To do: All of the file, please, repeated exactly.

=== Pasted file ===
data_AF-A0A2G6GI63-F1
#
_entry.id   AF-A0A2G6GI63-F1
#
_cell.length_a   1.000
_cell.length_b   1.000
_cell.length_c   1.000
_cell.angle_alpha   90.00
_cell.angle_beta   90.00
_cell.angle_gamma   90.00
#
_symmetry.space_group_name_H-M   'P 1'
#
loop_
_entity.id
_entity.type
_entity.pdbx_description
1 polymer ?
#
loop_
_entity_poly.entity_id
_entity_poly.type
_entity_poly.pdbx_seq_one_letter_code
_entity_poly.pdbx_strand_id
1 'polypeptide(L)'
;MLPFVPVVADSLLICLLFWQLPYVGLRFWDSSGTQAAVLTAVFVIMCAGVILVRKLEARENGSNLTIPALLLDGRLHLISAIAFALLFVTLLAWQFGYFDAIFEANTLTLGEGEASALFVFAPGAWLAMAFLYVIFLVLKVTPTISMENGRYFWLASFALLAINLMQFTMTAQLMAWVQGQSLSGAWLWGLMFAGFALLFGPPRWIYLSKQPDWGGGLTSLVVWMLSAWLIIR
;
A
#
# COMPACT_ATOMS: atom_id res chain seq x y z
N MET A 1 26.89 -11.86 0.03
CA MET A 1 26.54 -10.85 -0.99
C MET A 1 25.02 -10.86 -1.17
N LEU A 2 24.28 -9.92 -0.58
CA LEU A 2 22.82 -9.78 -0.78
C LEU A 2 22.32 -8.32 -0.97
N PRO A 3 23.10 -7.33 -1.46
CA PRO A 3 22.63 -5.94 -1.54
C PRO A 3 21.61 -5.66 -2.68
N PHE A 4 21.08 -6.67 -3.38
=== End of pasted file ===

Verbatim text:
data_AF-A0A2G6GI63-F1
#
_entry.id   AF-A0A2G6GI63-F1
#
_cell.length_a   1.000
_cell.length_b   1.000
_cell.length_c   1.000
_cell.angle_alpha   90.00
_cell.angle_beta   90.00
_cell.angle_gamma   90.00
#
_symmetry.space_group_name_H-M   'P 1'
#
loop_
_entity.id
_entity.type
_entity.pdbx_description
1 polymer ?
#
loop_
_entity_poly.entity_id
_entity_poly.type
_entity_poly.pdbx_seq_one_letter_code
_entity_poly.pdbx_strand_id
1 'polypeptide(L)'
;MLPFVPVVADSLLICLLFWQLPYVGLRFWDSSGTQAAVLTAVFVIMCAGVILVRKLEARENGSNLTIPALLLDGRLHLISAIAFALLFVTLLAWQFGYFDAIFEANTLTLGEGEASALFVFAPGAWLAMAFLYVIFLVLKVTPTISMENGRYFWLASFALLAINLMQFTMTAQLMAWVQGQSLSGAWLWGLMFAGFALLFGPPRWIYLSKQPDWGGGLTSLVVWMLSAWLIIR
;
A
#
# COMPACT_ATOMS: atom_id res chain seq x y z
N MET A 1 26.89 -11.86 0.03
CA MET A 1 26.54 -10.85 -0.99
C MET A 1 25.02 -10.86 -1.17
N LEU A 2 24.28 -9.92 -0.58
CA LEU A 2 22.82 -9.78 -0.78
C LEU A 2 22.32 -8.32 -0.97
N PRO A 3 23.10 -7.33 -1.46
CA PRO A 3 22.63 -5.94 -1.54
C PRO A 3 21.61 -5.66 -2.68
N PHE A 4 21.08 -6.67 -3.38